JOHNSTOWN, Pennsylvania — Francis William Joseph Sutor is officially a graduate of Greater Johnstown High School.
His degree was awarded posthumously in a brief ceremony at a school board meeting on Tuesday.
Frank – “dad” to yours truly – reportedly graduated in the mid-1940s, but instead left school early to join the Navy during World War II. And now he is the latest recipient of a degree from Greater Johnstown thanks to its program to recognize students who left school to serve their country in the military.
Records show he spent seven years in the Navy and Reserves. Off duty, he worked as a butcher and salesman, spending time with Armor & Co. and Morris Paper Co., and enjoyed watching baseball and football, talking about politics and history, swimming, dancing, reading, cooking, playing cards and golf, shooting pool, taking jewelry lessons as a young man, bowling, cracking jokes, and being a member of St. Therese Roman Catholic Church.
Most important were his friends and family.
Frank was the husband of Margaret (Fatula) Sutor; father of Phyllis (married to Glenn Hajnos), Patricia (married to John Taylor) and David; grandfather of Amanda Hajnos (married to Chris Zeh), Adam Hajnos (engaged to Erika Friedlander) and Eric Taylor; brother of Joseph, Anna, Anthony, Helen Karas, Mary Fisher and Dorothy Tripoli; and uncle of numerous nieces and nephews.
He’s also now the namesake of an almost 2-year-old great-grandson he never met, but who carries on his spirit – Carson Francis Zeh – and there’s a great-granddaughter on the way. , which could be born the same day. this article is published.
The diploma program is open to anyone who did not graduate from Greater Johnstown due to joining the military.
All the individual or loved one needs to do is contact the school district (814-533-5670) or Conemaugh Valley Veterans ([email protected]) to begin the process. In addition, basic military records may be obtained from the Cambria County Recorder of Deeds or Veterans Services offices, or from the National Archives online database at archives.gov/veterans.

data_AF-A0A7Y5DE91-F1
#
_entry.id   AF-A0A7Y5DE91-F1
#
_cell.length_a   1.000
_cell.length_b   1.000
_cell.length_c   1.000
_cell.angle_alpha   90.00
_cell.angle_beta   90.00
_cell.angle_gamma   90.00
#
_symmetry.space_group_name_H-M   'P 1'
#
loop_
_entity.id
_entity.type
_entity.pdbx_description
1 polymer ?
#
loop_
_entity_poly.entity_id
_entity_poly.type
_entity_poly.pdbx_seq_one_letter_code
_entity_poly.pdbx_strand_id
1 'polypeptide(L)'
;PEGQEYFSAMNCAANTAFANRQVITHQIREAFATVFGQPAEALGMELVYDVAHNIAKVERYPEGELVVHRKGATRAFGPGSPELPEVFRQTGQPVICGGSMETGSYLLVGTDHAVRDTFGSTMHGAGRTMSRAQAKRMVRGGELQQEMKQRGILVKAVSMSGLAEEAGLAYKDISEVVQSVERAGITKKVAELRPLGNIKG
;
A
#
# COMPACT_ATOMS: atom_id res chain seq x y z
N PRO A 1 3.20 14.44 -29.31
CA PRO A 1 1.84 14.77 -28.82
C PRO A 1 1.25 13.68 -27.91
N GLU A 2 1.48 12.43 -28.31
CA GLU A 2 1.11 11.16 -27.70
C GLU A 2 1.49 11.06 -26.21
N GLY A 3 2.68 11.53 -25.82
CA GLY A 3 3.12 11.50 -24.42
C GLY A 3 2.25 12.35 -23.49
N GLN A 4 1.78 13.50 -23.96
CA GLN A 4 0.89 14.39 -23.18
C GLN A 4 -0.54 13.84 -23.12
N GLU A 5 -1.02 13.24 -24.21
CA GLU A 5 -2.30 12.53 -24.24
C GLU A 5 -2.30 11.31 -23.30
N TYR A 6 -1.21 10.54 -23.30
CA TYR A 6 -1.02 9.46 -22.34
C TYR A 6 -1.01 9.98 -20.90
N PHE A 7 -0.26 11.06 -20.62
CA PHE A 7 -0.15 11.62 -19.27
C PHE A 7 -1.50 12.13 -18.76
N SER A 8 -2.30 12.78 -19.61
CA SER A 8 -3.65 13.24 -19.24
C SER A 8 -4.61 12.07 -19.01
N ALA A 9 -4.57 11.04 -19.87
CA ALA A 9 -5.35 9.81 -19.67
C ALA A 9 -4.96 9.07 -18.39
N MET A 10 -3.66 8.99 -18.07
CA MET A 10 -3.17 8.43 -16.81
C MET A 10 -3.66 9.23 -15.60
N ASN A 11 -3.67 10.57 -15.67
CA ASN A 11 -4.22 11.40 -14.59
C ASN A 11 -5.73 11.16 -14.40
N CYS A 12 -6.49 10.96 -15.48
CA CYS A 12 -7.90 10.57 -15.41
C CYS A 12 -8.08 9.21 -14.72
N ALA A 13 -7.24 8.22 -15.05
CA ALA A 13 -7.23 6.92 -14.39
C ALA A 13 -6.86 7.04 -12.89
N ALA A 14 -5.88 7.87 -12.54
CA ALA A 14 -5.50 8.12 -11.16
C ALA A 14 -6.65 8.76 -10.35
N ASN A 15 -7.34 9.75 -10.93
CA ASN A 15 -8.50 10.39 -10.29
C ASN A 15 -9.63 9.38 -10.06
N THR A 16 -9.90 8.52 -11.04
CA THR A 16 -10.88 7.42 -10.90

A handful of people have gone through the retroactive graduation process in recent years.
“It’s really a program to recognize the men and women who have left school to serve,” said Greater Johnstown School District Superintendent Amy Arcurio. “We recognize how valuable the education they received while serving was, and the education beyond the classroom and the value of that.”
Personally, I want to thank Arcurio and Josh Hauser, a local veterans advocate, for their help in securing this recognition for my father. Arcurio walked me through the school district process. Hauser, as a favor, searched for the discharge papers that helped fill in some gaps in the story of a man who never spoke much about his military service.
There were shared snippets of being a cook, often getting seasick, hitchhiking in his uniform, once waiting for hours for Ted Williams to show up at a baseball exhibition and his reaction to receiving a letter informing him of his reactivation for what became United States service during the Korean War era. And, for the rest of his life, Frank kept a single wartime “victory” Philippine peso that still exists today.
Born Dec. 10, 1926, to his parents, Joseph and Anna Sutor, living in the Cambria City neighborhood of Johnstown, Frank attained the rank of petty officer third class in 1944, according to military records.
Honorable discharge papers show he completed two years of high school, so there were no senior photos of Frank in any yearbooks around the time he would have graduated, although there are portraits of her sister Dorothy (class of 1943) and her brother Anthony. (1946).
But our family has diplomas commemorating his graduation from St. Stephen’s School (grade eight) in 1941 and Garfield High School in 1943, taking him to grade 10, which was the equivalent of two years of schooling secondary on the Navy document.
As World War II raged across the world, the college’s 1943 motto was “Keep freedom a reality; not a memory.
He joined the Navy right after dating Garfield. A separate search at archives.gov provided information that his cycle date was May 1943, which Hauser called the time “when Uncle Sam started paying him to be a sailor”.
And, like a lot of young guys did back then, it looks like either Frank or the recruiter (or maybe both) lied a bit about his age, listing his birthday exactly a year earlier than he was not – he claimed to have been born on December 10, 1925, according to his discharge papers from 1952.
“It’s incredibly common to see discharge papers from World War II and Korean veterans that have the wrong date of birth,” Hauser said. “If it’s noticeable, within a year, I can tell you exactly why. I’m only speculating, but that’s why they did it because they wanted to serve. They weren’t old enough.
Frank was one of 16 million Americans to join the military during World War II. Almost all are gone now. Dad died in 1999.
Those of us who are still here are obligated to keep the memory of their sacrifices alive. For a small part, we got a high school diploma for Francis William Joseph Sutor, knowing full well that he would almost certainly never want the attention of even a brief ceremony or an article in the newspaper.
So with all that said, we love you, Dad, Grandpa, Frank… happy graduation.